interested in the place itself, it was the 40 kilometer ride to get
there that was the draw. The first 15 kilometers of the highway
follow the curve of Hawke's Bay before veering left up into the foothills for the
gentle climb up to the lake.
Once in the hills the road has plenty of curves and for the most part the surface is
that grippy bituman that you find all over New Zealand. The highlight
of the road is a superb 4 kilometer section called the Devil's Elbow, this is a giant switchback that climbs from the valley floor up the side
of an escapment to reach a plateux. On this particular day we set out on a beautiful Hawke's
Bay summer's morning with sunlight so harsh that nothing cast a shadow,
almost like an overexposed black and white photograph. The sky was an endless
light blue, incredibly high with no clouds to spoil it. And the wind was
blowing, I can almost feel it now, hot and relentless, the kind that
gets on your wick because it never stops and dries you out. When you
ride it forces the engine heat onto your legs and makes you keep going
to stop from getting toasted. Leaving town it was me on my Yamaha 650
twin, Barry on his Honda CB350 Four and Lee on his 75 Yamaha RD350, both
with pillions. Heading north we passed the Norfolk pines that mark the
beginning of the open road, on our left the straw brown hills that
surround Napier and to our right the railway line to Gisborne and beyond
that the Pacific. After about ten minutes we passed through Bay View and
as the traffic had virtually disappeared we stepped it up a bit. At
Tangoio the road swings left in a long sweeper and begins slowly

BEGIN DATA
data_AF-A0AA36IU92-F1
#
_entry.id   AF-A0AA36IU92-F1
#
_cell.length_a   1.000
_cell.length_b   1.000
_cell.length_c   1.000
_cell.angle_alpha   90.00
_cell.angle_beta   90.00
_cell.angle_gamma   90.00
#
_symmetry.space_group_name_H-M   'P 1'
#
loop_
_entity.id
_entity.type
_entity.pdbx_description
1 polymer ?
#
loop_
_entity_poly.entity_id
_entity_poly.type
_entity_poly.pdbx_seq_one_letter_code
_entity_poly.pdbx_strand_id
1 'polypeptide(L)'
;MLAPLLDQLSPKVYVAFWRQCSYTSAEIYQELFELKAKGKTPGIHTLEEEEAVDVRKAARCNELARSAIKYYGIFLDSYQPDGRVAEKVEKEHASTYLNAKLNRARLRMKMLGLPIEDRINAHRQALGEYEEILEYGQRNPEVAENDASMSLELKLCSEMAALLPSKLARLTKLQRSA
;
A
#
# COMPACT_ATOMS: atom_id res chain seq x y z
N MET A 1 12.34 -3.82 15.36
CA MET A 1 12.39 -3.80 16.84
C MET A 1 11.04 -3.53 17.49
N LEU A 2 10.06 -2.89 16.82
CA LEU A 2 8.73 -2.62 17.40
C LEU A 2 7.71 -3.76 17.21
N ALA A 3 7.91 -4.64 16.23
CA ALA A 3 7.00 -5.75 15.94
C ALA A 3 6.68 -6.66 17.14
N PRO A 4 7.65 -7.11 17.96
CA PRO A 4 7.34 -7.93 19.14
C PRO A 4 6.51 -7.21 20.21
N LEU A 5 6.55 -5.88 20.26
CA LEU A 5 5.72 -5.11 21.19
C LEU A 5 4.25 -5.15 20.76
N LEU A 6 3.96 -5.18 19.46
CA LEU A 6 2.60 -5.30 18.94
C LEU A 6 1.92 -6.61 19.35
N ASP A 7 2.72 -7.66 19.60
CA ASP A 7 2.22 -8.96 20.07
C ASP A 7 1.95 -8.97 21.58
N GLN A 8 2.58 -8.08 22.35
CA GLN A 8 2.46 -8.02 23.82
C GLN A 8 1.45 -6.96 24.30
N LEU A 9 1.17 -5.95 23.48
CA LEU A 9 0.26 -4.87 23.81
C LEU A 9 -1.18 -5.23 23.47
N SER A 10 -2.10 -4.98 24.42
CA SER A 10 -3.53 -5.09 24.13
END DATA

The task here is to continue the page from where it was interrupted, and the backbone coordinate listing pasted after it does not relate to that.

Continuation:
climbing up the Tangoio valley. By now we were separated from each other
by a couple of hundred yards, I was in the middle following Barry and
then Lee behind. I was constantly checking my rear view mirror and after
a few minutes couldn't see Lee anymore. Obviously something was up so I
caught up to Barry and we stopped, turned around and headed back down
the valley. As we came round the now right-hand sweeper I saw something
in the ditch.
It was Lee's pillion Scab standing at the back of the bike, holding his
helmet and looking down at something.
Getting closer I could see
Lee crouched down checking out the rear wheel.
The bike was lying against the bank of a shallow ditch with a solid dent on the
left side of the tank and the lefthand pipe and exhaust mangled.
There was a line of rubber that ran from the road into the grass
and then up to the beat up rear wheel and it was clear what had happened.
At about 100-110 kph the rear wheel had blown out, Lee rode it out as best
he could for a few seconds but then the bike went out of control into the ditch.
If he had been one up he would probably have
gotten away with nothing more than a schredded tyre but with 6ft tall
Scab on the back the weight was too much.
Neither of them were seriously hurt, Scab had a few bruises and Lee had
a burn on his chest, somehow he had ended up under the header pipes.
The bike was repaired and looked just fine, though it took two attempts
at repainting the tank to get it just right and I think it never
really tracked true ever again, the frame must have been bent slightly.
Lee had done really well in keeping the bike upright as long as he did,
in fact getting into the ditch probably saved them from some real gravel
rash or worse!